On Tuesday, the President lent his John Hancock to an executive order creating a task force for American Indian women.
As reported by The Associated Press, it “will be overseen by Attorney General William Barr and Interior Secretary David Bernhardt.”
The initiative’s in response to an epidemic of missing women from the nation’s tribes, and it’s “tasked with developing protocols to apply to new and unsolved cases and creating a multi-jurisdictional team to review cold cases.”
At a conference about the order, Trump called the ongoing problem “sobering and heartbreaking,” adding that such a division should’ve been created long before now:
“It has been going on a long time. We’re going to address it very strongly. The statistics are sobering and heartbreaking. Recently, more than 5,000 Native American women and girls were reported missing in a single year. While a majority returned home or were found, too many are still missing and their whereabouts are unknown.”
The force has a snappy name that adds to the puzzling nature of Trump’s penchant for helping, hiring, having, and marrying women — while we’re being told by the television that he absolutely hates them:
“The victims and their families deserve action and this should have happened many years ago. With my order today, we are launching operation Lady Justice, an inter-agency task force led by Attorney General Barr and Secretary Bernhardt to develop an aggressive government-wide strategy to end this terrible situation.”
Makes me think of this:
Back to the very serious and important issue of women going missing, Stockbridge-Munsee Community Band of Mohican Indians President Shannon Holsey praised the creation of the unit as an “important first step”:
“While there is so much that needs to be done to stop the violence perpetrated on Native women and girls, I appreciate the administration for taking an important first step in establishing this task force.”
As per CBS News, the launch with appropriate “$1.5 million in hiring specialized coordinators in the offices of 11 U.S. attorneys who will be responsible for coming up with protocols for a more coordinated response to violence against indigenous people.”
There’ll also be the allowance of tribal or local law enforcement to attain assistance from the FBI.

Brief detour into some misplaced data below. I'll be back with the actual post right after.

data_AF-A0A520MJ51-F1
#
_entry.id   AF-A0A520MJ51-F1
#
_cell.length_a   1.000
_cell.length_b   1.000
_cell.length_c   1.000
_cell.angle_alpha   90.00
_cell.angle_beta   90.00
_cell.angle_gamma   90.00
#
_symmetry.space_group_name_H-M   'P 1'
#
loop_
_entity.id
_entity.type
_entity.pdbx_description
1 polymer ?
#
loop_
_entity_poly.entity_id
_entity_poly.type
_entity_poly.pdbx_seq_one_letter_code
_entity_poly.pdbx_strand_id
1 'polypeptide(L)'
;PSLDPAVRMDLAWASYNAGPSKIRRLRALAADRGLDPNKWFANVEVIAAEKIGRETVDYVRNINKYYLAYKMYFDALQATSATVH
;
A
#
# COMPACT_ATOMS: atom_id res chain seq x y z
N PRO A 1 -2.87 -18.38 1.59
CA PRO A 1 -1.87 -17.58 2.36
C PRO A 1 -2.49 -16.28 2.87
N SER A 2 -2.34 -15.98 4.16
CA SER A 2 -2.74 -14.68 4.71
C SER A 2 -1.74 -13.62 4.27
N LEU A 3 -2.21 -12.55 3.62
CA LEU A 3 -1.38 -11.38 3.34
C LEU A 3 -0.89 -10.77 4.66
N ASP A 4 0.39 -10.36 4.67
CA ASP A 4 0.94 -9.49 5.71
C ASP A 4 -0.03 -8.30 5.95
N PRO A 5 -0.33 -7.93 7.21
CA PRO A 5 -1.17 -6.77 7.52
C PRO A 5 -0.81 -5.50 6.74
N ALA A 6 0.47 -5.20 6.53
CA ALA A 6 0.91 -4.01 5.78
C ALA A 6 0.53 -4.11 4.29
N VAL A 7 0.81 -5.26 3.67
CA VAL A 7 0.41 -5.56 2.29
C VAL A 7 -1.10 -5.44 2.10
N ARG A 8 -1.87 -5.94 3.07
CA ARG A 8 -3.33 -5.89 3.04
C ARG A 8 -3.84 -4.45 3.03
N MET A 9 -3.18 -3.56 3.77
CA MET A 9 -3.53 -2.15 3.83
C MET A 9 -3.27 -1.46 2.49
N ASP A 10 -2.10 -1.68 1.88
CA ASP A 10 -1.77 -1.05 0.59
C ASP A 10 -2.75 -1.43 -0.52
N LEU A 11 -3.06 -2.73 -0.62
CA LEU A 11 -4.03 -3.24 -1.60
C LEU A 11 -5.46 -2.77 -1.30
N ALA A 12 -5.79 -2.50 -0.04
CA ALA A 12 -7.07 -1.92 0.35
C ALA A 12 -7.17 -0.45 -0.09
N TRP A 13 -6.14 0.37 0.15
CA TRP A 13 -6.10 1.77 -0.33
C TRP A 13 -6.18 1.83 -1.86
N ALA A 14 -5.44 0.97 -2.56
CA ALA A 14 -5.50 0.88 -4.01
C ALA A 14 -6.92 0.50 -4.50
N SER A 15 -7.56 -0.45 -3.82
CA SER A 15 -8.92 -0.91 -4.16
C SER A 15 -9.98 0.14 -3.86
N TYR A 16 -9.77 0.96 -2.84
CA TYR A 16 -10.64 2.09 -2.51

Furthermore, the DoJ will conduct a review of national databases in order to determine the most effective ways of tracking data on missing American Indian women.
Last Friday, AG Barr called the problem “unacceptable”:
“American Indian and Alaska Native people suffer from unacceptable and disproportionately high levels of violence, which can have lasting impacts on families and communities. Too many of these families have experienced the loss of loved ones who went missing or were murdered.”
As for it being long overdue, Trump appears to be right.
It is a problem so pervasive that, in some places, Native American women are more than 10 times more likely than the rest of the population to be murdered, according to a Department of Justice-funded study by researchers at the University of Delaware and the University of North Carolina Wilmington.
That stunning statistic is more than a decade old, but the issue of missing and murdered women is much older than that. One estimate from the National Crime Information Center shows 5,712 reports of missing Native American women in 2016 alone — yet reliable, comprehensive data on the problem is still almost impossible to come by.
Leaders from several tribes attended the ceremony and thanked the President for his part in spotlighting the issue.
We routinely see government doing stupid things with our money while more obvious needs go unattended. In my view, on Tuesday, the Washington got one right.
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